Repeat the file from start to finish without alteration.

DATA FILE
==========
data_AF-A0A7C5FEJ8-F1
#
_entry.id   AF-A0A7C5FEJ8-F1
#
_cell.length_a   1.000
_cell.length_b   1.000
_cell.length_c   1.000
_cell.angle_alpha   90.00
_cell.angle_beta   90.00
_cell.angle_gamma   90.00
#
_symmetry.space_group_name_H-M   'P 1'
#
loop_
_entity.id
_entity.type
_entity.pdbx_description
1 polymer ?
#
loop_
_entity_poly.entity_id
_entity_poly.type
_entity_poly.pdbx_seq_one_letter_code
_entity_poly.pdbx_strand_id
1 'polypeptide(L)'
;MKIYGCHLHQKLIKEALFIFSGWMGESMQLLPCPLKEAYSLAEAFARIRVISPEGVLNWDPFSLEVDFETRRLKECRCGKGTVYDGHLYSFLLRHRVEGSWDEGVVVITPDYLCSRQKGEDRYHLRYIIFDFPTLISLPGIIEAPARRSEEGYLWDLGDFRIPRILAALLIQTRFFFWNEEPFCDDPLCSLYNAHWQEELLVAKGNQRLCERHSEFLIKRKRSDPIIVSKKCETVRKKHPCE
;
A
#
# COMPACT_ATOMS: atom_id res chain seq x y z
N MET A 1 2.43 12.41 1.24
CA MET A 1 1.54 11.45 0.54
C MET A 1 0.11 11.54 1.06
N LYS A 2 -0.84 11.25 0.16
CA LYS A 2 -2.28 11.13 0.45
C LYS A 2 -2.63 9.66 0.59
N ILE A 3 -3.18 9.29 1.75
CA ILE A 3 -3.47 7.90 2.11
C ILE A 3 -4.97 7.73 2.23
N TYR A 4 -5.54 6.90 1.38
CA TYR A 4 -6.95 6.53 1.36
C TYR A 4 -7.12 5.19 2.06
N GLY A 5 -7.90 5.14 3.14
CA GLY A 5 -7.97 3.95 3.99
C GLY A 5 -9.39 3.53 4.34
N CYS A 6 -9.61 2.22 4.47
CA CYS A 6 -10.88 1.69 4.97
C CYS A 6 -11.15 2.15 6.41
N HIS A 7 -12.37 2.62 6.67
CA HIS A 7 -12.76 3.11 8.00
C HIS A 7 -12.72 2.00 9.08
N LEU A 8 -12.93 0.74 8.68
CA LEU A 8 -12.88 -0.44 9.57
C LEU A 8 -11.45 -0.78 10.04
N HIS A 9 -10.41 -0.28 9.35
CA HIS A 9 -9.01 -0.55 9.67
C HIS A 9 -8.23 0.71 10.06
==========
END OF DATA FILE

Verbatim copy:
data_AF-A0A7C5FEJ8-F1
#
_entry.id   AF-A0A7C5FEJ8-F1
#
_cell.length_a   1.000
_cell.length_b   1.000
_cell.length_c   1.000
_cell.angle_alpha   90.00
_cell.angle_beta   90.00
_cell.angle_gamma   90.00
#
_symmetry.space_group_name_H-M   'P 1'
#
loop_
_entity.id
_entity.type
_entity.pdbx_description
1 polymer ?
#
loop_
_entity_poly.entity_id
_entity_poly.type
_entity_poly.pdbx_seq_one_letter_code
_entity_poly.pdbx_strand_id
1 'polypeptide(L)'
;MKIYGCHLHQKLIKEALFIFSGWMGESMQLLPCPLKEAYSLAEAFARIRVISPEGVLNWDPFSLEVDFETRRLKECRCGKGTVYDGHLYSFLLRHRVEGSWDEGVVVITPDYLCSRQKGEDRYHLRYIIFDFPTLISLPGIIEAPARRSEEGYLWDLGDFRIPRILAALLIQTRFFFWNEEPFCDDPLCSLYNAHWQEELLVAKGNQRLCERHSEFLIKRKRSDPIIVSKKCETVRKKHPCE
;
A
#
# COMPACT_ATOMS: atom_id res chain seq x y z
N MET A 1 2.43 12.41 1.24
CA MET A 1 1.54 11.45 0.54
C MET A 1 0.11 11.54 1.06
N LYS A 2 -0.84 11.25 0.16
CA LYS A 2 -2.28 11.13 0.45
C LYS A 2 -2.63 9.66 0.59
N ILE A 3 -3.18 9.29 1.75
CA ILE A 3 -3.47 7.90 2.11
C ILE A 3 -4.97 7.73 2.23
N TYR A 4 -5.54 6.90 1.38
CA TYR A 4 -6.95 6.53 1.36
C TYR A 4 -7.12 5.19 2.06
N GLY A 5 -7.90 5.14 3.14
CA GLY A 5 -7.97 3.95 3.99
C GLY A 5 -9.39 3.53 4.34
N CYS A 6 -9.61 2.22 4.47
CA CYS A 6 -10.88 1.69 4.97
C CYS A 6 -11.15 2.15 6.41
N HIS A 7 -12.37 2.62 6.67
CA HIS A 7 -12.76 3.11 8.00
C HIS A 7 -12.72 2.00 9.08
N LEU A 8 -12.93 0.74 8.68
CA LEU A 8 -12.88 -0.44 9.57
C LEU A 8 -11.45 -0.78 10.04
N HIS A 9 -10.41 -0.28 9.35
CA HIS A 9 -9.01 -0.55 9.67
C HIS A 9 -8.23 0.71 10.06